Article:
US 4945085 A
Sucralfate can be used to control and treat emesis and/or diarrhea in veterinary medicine.
1. A method of treating emesis in an animal in need of such treatment comprising administering to the animal an effective amount of sucralfate.
2. A method of claim 1 wherein the animal is a dog or cat.
3. A method of claim 1 wherein the unit dosage administered is 1-2 g.
4. A method of claim 3 wherein the unit dose is administered 1-3 times daily.
5. A method of treating diarrhea in a veterinary animal in need of such treatment comprising administering to the animal an effective amount of sucralfate.
6. A method of claim 5 wherein the animal is a dog or cat.
7. A method of claim 5 wherein the unit dosage administered is 1-2 g.
8. A method of claim 7 wherein the unit dose is administered 1-3 times daily.
9. A method of simultaneously treating emesis and diarrhea in an animal in need of such treatment comprising administering to the animal an effective amount of sucralfate.
10. A method of claim 9 wherein the animal is a dog or cat.
11. A method of claim 9 wherein the unit dosage administered is 1-2 g.
12. A method of claim 11 wherein the unit dose is administered 1-3 times daily.
This invention relates to the control of emesis and/or diarrhea in veterinary medicine.
There is a high incidence of emesis and diarrhea in veterinary medicine, including, and in particular, in practices specializing in small animals. However, there is a lack of suitable agents which are easy to use for these indications.
Sucralfate (CARAFATE® (tablets-USA) or ULCOGANT® (granules-FRG) β-D-Fructo furanosyl-γ-D-glucopyranoside octakis (hydrogen sulfate), aluminum complex is a basic aluminum sucrose sulfate. It is disclosed in German Offenlegungsschrift No. 1,568,346 whose disclosure is incorporated by reference herein and is used in human medicine to speed up the healing of ulcers and to alleviate the symptoms of peptic ulcers. An effect of sucralfate on emesis and/or diarrhea has not hitherto been disclosed. For current usage of sucralfate, see, e.g., Physicians' Desk Reference, 38th Ed. (1984) 1164-1165, whose disclosure is incorporated by reference herein.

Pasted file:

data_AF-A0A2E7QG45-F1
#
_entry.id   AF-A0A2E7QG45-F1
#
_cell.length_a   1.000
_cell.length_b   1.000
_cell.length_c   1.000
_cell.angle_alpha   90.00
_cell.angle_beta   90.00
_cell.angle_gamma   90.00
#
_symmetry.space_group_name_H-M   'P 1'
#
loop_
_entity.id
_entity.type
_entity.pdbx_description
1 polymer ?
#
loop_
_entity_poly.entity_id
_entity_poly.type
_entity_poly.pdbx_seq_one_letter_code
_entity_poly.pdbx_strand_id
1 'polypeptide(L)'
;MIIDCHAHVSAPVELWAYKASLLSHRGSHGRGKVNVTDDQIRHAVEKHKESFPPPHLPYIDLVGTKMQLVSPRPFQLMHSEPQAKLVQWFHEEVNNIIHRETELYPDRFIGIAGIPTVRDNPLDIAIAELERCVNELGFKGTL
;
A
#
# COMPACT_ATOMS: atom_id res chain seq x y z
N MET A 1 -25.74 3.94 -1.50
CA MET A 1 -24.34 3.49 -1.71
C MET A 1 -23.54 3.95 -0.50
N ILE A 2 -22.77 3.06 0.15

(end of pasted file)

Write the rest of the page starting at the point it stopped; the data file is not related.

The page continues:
It is an object of this invention to provide new ways of controlling emesis and/or diarrhea in veterinary medicine, and of making available suitable agents which are easy to use for these purposes.
Upon further study of the specification and appended claims, further objects and advantages of this invention will become apparent to those skilled in the art.
These objects have been achieved by the present invention based on the finding that sucralfate, which is well tolerated, is outstandingly suitable for the purposes indicated. Accordingly, this invention relates to the use of sucralfate for controlling emesis and/or diarrhea in veterinary medicine, i.e., to a method for treating emesis in a veterinary patient in need of such treatment comprising administering an effective amount of sucralfate to the patient, and to a method of treating diarrhea in a veterinary patient in need of such treatment comprising administering an effective amount of sucralfate to the patient. Both indications can also be treated at the same time.
This invention is primarily applicable to treat small animals, preferably dogs and cats, but also, for example, calves, pigs (piglets) and animals in zoos. Sucralfate is preferably administered in single doses between 0.5 and 5, particularly preferably between 1 and 2, grams. This corresponds to about 25 to 250 mg/kg per dose. Cats and small dogs preferably each receive about 1 g, while larger dogs each receive about 2 g as a single dose. These single doses are particularly preferably administered once to thrice daily, in particular twice daily, in the morning and evening, for a period of 1 to 3 days, and longer if necessary until the symptoms disappear, preferably in the form of an aqueous suspension of sucralfate granules, which is administered buccally, retrolabially, using a syringe.
It is possible to employ the commercial forms of sucralfate for this mode of use. However, all the other customary forms for use in veterinary medicine are likewise suitable, for example, powders, capsules, tablets, coated tablets, syrups, etc.
Without further elaboration, it is believed that one skilled in the art can, using the preceding description, utilize the present invention to its fullest extent. The following preferred specific embodiments are, therefore, to be construed as merely illustrative, and not limitative of the remainder of the disclosure in any way whatsoever. In the following examples, all temperatures are set forth uncorrected in degrees Celsius; unless otherwise indicated, all parts and percentages are by weight.
A poodle had suffered for nine days from vomiting, which was sometimes very violent, together with diarrhea. 1 g. of ULCOGANT® granules in the form of an aqueous suspension was administered retrolabially twice at an interval of 8 hours. The symptoms had disappeared within 24 hours.
A dog which had developed gastroenteritis induced by eating snow received oral administration of 2 grams of ULCOGANT® granules as an aqueous suspension for three days, in the morning and evening each day. It was subsequently free of symptoms.
A cat suffering from diarrhea was treated orally with 0.5 g. of ULCOGANT® in the form of an aqueous suspension thrice daily for two days. After this, the gastrointestinal disturbance had been eliminated.
The preceding examples can be repeated with similar success by substituting the generically or specifically described reactants and/or operating conditions of this invention for those used in the preceding examples.
From the foregoing description, one skilled in the art can easily ascertain the essential characteristics of this invention and, without departing from the spirit and scope thereof, can make various changes and modifications of the invention to adapt it to various usages and conditions.